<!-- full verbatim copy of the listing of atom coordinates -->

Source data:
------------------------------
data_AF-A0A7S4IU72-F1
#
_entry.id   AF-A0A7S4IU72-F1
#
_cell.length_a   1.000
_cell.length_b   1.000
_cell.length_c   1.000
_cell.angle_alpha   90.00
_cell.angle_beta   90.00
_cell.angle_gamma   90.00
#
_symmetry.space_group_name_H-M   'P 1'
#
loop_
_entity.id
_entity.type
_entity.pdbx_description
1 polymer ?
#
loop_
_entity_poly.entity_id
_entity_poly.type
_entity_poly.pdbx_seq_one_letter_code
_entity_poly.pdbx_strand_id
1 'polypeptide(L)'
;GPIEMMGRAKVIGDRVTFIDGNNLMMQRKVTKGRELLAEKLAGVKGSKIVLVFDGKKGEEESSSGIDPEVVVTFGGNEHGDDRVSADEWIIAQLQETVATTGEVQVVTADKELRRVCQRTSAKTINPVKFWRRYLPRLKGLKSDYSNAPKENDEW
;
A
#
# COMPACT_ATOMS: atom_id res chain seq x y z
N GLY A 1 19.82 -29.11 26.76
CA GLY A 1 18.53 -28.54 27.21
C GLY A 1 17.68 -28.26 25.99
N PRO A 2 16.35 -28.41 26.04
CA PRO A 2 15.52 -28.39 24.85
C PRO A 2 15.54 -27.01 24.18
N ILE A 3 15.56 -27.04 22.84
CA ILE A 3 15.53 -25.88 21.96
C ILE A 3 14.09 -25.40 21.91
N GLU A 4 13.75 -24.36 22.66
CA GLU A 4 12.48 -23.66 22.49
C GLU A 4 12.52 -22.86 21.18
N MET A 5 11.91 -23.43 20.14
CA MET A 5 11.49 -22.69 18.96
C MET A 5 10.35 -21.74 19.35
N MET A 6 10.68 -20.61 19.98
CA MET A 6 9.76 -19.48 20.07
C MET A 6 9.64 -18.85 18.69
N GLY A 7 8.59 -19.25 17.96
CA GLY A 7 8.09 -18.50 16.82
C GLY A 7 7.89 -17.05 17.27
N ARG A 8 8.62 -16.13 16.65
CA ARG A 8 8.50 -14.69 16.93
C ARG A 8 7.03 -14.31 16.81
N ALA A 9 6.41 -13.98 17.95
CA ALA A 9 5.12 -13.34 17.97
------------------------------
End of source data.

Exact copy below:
data_AF-A0A7S4IU72-F1
#
_entry.id   AF-A0A7S4IU72-F1
#
_cell.length_a   1.000
_cell.length_b   1.000
_cell.length_c   1.000
_cell.angle_alpha   90.00
_cell.angle_beta   90.00
_cell.angle_gamma   90.00
#
_symmetry.space_group_name_H-M   'P 1'
#
loop_
_entity.id
_entity.type
_entity.pdbx_description
1 polymer ?
#
loop_
_entity_poly.entity_id
_entity_poly.type
_entity_poly.pdbx_seq_one_letter_code
_entity_poly.pdbx_strand_id
1 'polypeptide(L)'
;GPIEMMGRAKVIGDRVTFIDGNNLMMQRKVTKGRELLAEKLAGVKGSKIVLVFDGKKGEEESSSGIDPEVVVTFGGNEHGDDRVSADEWIIAQLQETVATTGEVQVVTADKELRRVCQRTSAKTINPVKFWRRYLPRLKGLKSDYSNAPKENDEW
;
A
#
# COMPACT_ATOMS: atom_id res chain seq x y z
N GLY A 1 19.82 -29.11 26.76
CA GLY A 1 18.53 -28.54 27.21
C GLY A 1 17.68 -28.26 25.99
N PRO A 2 16.35 -28.41 26.04
CA PRO A 2 15.52 -28.39 24.85
C PRO A 2 15.54 -27.01 24.18
N ILE A 3 15.56 -27.04 22.84
CA ILE A 3 15.53 -25.88 21.96
C ILE A 3 14.09 -25.40 21.91
N GLU A 4 13.75 -24.36 22.66
CA GLU A 4 12.48 -23.66 22.49
C GLU A 4 12.52 -22.86 21.18
N MET A 5 11.91 -23.43 20.14
CA MET A 5 11.49 -22.69 18.96
C MET A 5 10.35 -21.74 19.35
N MET A 6 10.68 -20.61 19.98
CA MET A 6 9.76 -19.48 20.07
C MET A 6 9.64 -18.85 18.69
N GLY A 7 8.59 -19.25 17.96
CA GLY A 7 8.09 -18.50 16.82
C GLY A 7 7.89 -17.05 17.27
N ARG A 8 8.62 -16.13 16.65
CA ARG A 8 8.50 -14.69 16.93
C ARG A 8 7.03 -14.31 16.81
N ALA A 9 6.41 -13.98 17.95
CA ALA A 9 5.12 -13.34 17.97